With the help of the amazing staff, I quickly learned the logic behind the programming for the entire season, which helped me prepare and gain publicity for each show through out the summer. More importantly it taught me the most valuable lesson of the summer: No matter how much someone thinks they know about music and art, they will never know everything. There will always be room to discover, flourish and grow in the arts.

It’s important to give back. Most people don’t think that it takes money to make art, but it does and artists deserve to be paid to create the beauty that they exude into the world. Often artists are solicited to do free events and donate their time to charities. However, they have bills just like the rest of us.  Grand Performances pays their artists well and then presents them to Angelenos for free, relying on sponsors and Red Bucket donations. My summer with Grand Performances was made possible with the support of Supervisor Gloria Molina and the Los Angeles County Arts Commission Internship program.

I met many people during my time here, but it was not just the professional contacts that moved me to appreciate this internship. It was the woman who collected perfectly good desserts people left behind after a fundraising event to give to the homeless on her bus ride home to Compton; the woman who came and danced alone on her birthday who lives nearby; and the man who told me what he thought about each artist after every show he attended. Grand Performances creates not just a place to showcase music, but a place that creates compassion and community. It’s downright spellbinding

I am leaving this internship with a much greater respect and appreciation of art that the average person could not understand without first experiencing it the way that I have this summer. From visual to performing, I have had the opportunity to further explore and gain perspective behind the programming, hard work and dedication of the teams across L.A. who curate and host productions and galleries that infuse the city with vibrancy and life.  It is an honor to now know the wonderful people who work tirelessly to provide one-of-a-kind experiences at Grand Performances. Everyday I am blown away by their generosity and dedication to providing the community with FREE live music that caters to a diverse community. Every show was a different world and every evening I had the opportunity to meet the wonderful people who attended these events.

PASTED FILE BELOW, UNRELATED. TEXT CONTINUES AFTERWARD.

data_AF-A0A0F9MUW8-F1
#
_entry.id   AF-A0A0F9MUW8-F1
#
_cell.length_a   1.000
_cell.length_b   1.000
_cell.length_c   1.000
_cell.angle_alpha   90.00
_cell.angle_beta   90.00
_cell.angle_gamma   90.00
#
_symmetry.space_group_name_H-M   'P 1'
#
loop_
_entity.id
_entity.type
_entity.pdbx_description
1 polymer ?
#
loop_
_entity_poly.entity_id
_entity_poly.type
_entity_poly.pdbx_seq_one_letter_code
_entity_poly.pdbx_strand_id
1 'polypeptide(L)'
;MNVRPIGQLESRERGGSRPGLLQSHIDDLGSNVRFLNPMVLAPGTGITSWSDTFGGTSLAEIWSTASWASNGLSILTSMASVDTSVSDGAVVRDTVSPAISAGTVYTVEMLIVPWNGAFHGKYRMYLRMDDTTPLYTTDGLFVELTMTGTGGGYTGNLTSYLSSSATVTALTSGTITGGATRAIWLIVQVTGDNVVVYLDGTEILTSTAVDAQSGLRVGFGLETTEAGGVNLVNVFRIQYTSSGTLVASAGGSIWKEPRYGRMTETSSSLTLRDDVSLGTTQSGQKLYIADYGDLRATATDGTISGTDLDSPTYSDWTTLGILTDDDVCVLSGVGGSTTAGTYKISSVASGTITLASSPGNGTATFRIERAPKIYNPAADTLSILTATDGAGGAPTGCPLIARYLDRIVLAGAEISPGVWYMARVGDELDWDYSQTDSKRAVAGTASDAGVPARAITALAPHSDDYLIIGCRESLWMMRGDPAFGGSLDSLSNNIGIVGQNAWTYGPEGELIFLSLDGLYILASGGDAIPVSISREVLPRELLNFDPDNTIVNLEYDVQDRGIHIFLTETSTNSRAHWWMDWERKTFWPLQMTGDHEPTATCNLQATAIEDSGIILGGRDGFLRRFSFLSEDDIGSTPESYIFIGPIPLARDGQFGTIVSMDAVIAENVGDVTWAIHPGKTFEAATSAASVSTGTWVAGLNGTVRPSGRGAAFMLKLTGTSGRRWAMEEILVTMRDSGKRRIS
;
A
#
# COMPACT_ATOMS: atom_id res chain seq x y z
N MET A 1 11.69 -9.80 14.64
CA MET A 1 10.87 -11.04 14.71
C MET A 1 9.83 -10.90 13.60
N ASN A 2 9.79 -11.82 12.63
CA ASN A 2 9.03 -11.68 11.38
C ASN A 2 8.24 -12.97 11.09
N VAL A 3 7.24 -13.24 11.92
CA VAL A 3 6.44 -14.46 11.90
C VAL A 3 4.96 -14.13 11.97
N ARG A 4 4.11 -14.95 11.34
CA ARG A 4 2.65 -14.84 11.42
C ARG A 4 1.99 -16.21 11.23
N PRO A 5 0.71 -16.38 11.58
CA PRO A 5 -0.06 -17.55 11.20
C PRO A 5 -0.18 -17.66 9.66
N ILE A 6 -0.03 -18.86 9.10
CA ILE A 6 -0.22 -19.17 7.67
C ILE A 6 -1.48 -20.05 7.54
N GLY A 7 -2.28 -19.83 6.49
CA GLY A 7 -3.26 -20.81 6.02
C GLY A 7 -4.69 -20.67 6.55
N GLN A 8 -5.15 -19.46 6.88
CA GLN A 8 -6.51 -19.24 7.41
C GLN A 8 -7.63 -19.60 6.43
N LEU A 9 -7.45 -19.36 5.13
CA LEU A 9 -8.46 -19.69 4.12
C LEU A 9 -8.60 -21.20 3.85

I will truly treasure the time I’ve spent here this summer, come back for next seasons diverse and eclectic program and I will definitely donate.

*This internship was funded in part by the Los Angeles County Arts Commission.

Wednesday
Sep032014

Jordan Peimer on DakhaBrakha and Carmen Rizzo 

 

This year we're asking our musically and culturally inclined friends to write our evening programs. Here's Jordan Peimer on DakhaBrakha and Carmen Rizzo.

If you’re reading this blogpost, you rank among the most adventuresome audiences in the city. Friday, September 5th’s shared program between CARMEN RIZZO, L.A.-based electronic musician / producer and Ukraine’s DAKHABRAKHA, a behatted folk quartet, will be one of the most musically memorable evenings which you’re likely to encounter. At first glance, you might not think electronica and folk would have anything in common, but I expect that tonight’s musical dialogue will be rich and exciting.

            Los Angeles audiences hardly need an introduction to CARMEN RIZZO. His work as part of Niyaz ranks among the finest world fusion projects to come out of this or any city. His solo career has only recently been his major focus and he has released a handful of albums and an EP, each strongly compelling. In addition, he has produced, engineered, programmed or remixed artists as diverse as Alanis Morissette, Coldplay, A.R. Rahman, Paul Oakenfold, Perry Farrell, and Michael Nyman. I personally love his effortless mix of acoustic and electronic sounds, and feel that he is one of the few musicians who can make the acoustic sound electronic.